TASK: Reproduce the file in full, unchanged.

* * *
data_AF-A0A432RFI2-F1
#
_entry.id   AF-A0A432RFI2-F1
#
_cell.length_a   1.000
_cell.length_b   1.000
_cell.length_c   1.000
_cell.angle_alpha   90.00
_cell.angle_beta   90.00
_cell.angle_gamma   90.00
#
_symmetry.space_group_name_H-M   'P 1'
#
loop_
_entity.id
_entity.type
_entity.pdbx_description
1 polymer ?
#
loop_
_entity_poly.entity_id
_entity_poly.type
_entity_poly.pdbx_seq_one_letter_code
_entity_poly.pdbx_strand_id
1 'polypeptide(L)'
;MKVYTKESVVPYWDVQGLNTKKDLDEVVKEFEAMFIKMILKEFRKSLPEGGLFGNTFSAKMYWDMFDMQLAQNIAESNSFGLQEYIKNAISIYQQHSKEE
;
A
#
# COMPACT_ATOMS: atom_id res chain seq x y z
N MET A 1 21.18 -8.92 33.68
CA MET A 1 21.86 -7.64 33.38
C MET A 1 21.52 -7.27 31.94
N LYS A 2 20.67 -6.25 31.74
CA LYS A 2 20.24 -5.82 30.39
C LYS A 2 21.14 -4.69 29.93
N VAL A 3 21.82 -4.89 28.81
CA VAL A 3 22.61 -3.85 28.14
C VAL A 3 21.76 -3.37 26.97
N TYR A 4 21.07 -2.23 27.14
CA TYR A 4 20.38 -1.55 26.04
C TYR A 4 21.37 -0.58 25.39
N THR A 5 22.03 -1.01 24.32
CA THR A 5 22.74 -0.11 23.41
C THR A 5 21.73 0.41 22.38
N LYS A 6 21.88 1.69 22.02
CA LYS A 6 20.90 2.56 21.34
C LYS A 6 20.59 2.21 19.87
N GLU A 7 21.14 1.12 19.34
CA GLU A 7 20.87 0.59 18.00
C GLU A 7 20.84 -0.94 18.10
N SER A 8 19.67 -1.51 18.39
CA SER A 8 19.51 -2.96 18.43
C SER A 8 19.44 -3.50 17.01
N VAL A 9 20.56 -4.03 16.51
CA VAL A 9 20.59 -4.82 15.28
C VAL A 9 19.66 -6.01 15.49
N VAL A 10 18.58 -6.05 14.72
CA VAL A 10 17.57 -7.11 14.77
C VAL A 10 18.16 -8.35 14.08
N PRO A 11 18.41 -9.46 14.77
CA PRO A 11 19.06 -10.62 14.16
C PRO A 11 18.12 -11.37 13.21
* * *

data_AF-A0A432RFI2-F1
#
_entry.id   AF-A0A432RFI2-F1
#
_cell.length_a   1.000
_cell.length_b   1.000
_cell.length_c   1.000
_cell.angle_alpha   90.00
_cell.angle_beta   90.00
_cell.angle_gamma   90.00
#
_symmetry.space_group_name_H-M   'P 1'
#
loop_
_entity.id
_entity.type
_entity.pdbx_description
1 polymer ?
#
loop_
_entity_poly.entity_id
_entity_poly.type
_entity_poly.pdbx_seq_one_letter_code
_entity_poly.pdbx_strand_id
1 'polypeptide(L)'
;MKVYTKESVVPYWDVQGLNTKKDLDEVVKEFEAMFIKMILKEFRKSLPEGGLFGNTFSAKMYWDMFDMQLAQNIAESNSFGLQEYIKNAISIYQQHSKEE
;
A
#
# COMPACT_ATOMS: atom_id res chain seq x y z
N MET A 1 21.18 -8.92 33.68
CA MET A 1 21.86 -7.64 33.38
C MET A 1 21.52 -7.27 31.94
N LYS A 2 20.67 -6.25 31.74
CA LYS A 2 20.24 -5.82 30.39
C LYS A 2 21.14 -4.69 29.93
N VAL A 3 21.82 -4.89 28.81
CA VAL A 3 22.61 -3.85 28.14
C VAL A 3 21.76 -3.37 26.97
N TYR A 4 21.07 -2.23 27.14
CA TYR A 4 20.38 -1.55 26.04
C TYR A 4 21.37 -0.58 25.39
N THR A 5 22.03 -1.01 24.32
CA THR A 5 22.74 -0.11 23.41
C THR A 5 21.73 0.41 22.38
N LYS A 6 21.88 1.69 22.02
CA LYS A 6 20.90 2.56 21.34
C LYS A 6 20.59 2.21 19.87
N GLU A 7 21.14 1.12 19.34
CA GLU A 7 20.87 0.59 18.00
C GLU A 7 20.84 -0.94 18.10
N SER A 8 19.67 -1.51 18.39
CA SER A 8 19.51 -2.96 18.43
C SER A 8 19.44 -3.50 17.01
N VAL A 9 20.56 -4.03 16.51
CA VAL A 9 20.59 -4.82 15.28
C VAL A 9 19.66 -6.01 15.49
N VAL A 10 18.58 -6.05 14.72
CA VAL A 10 17.57 -7.11 14.77
C VAL A 10 18.16 -8.35 14.08
N PRO A 11 18.41 -9.46 14.77
CA PRO A 11 19.06 -10.62 14.16
C PRO A 11 18.12 -11.37 13.21